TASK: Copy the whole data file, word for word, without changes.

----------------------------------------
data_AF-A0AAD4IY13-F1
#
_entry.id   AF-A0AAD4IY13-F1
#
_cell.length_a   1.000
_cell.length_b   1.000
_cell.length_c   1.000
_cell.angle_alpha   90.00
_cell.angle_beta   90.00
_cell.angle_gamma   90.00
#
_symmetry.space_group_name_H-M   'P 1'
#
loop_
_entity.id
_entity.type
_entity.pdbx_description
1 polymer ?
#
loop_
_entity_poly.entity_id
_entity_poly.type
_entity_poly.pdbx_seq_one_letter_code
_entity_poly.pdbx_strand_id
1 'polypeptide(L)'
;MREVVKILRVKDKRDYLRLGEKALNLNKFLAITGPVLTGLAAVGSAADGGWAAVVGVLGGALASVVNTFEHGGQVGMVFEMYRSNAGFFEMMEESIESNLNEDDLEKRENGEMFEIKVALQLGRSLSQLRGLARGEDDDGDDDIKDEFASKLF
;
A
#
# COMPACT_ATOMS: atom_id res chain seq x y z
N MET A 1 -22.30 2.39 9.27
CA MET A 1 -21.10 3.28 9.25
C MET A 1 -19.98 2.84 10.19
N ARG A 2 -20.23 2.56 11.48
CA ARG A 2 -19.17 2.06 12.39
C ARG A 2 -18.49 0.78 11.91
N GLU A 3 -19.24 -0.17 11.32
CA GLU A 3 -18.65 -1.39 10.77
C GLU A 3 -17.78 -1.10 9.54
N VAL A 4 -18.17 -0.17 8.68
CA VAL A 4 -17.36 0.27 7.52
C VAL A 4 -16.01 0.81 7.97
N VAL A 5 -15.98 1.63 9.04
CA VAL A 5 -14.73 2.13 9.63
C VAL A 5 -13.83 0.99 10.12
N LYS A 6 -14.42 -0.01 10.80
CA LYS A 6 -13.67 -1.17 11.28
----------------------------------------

data_AF-A0AAD4IY13-F1
#
_entry.id   AF-A0AAD4IY13-F1
#
_cell.length_a   1.000
_cell.length_b   1.000
_cell.length_c   1.000
_cell.angle_alpha   90.00
_cell.angle_beta   90.00
_cell.angle_gamma   90.00
#
_symmetry.space_group_name_H-M   'P 1'
#
loop_
_entity.id
_entity.type
_entity.pdbx_description
1 polymer ?
#
loop_
_entity_poly.entity_id
_entity_poly.type
_entity_poly.pdbx_seq_one_letter_code
_entity_poly.pdbx_strand_id
1 'polypeptide(L)'
;MREVVKILRVKDKRDYLRLGEKALNLNKFLAITGPVLTGLAAVGSAADGGWAAVVGVLGGALASVVNTFEHGGQVGMVFEMYRSNAGFFEMMEESIESNLNEDDLEKRENGEMFEIKVALQLGRSLSQLRGLARGEDDDGDDDIKDEFASKLF
;
A
#
# COMPACT_ATOMS: atom_id res chain seq x y z
N MET A 1 -22.30 2.39 9.27
CA MET A 1 -21.10 3.28 9.25
C MET A 1 -19.98 2.84 10.19
N ARG A 2 -20.23 2.56 11.48
CA ARG A 2 -19.17 2.06 12.39
C ARG A 2 -18.49 0.78 11.91
N GLU A 3 -19.24 -0.17 11.32
CA GLU A 3 -18.65 -1.39 10.77
C GLU A 3 -17.78 -1.10 9.54
N VAL A 4 -18.17 -0.17 8.68
CA VAL A 4 -17.36 0.27 7.52
C VAL A 4 -16.01 0.81 7.97
N VAL A 5 -15.98 1.63 9.04
CA VAL A 5 -14.73 2.13 9.63
C VAL A 5 -13.83 0.99 10.12
N LYS A 6 -14.42 -0.01 10.80
CA LYS A 6 -13.67 -1.17 11.28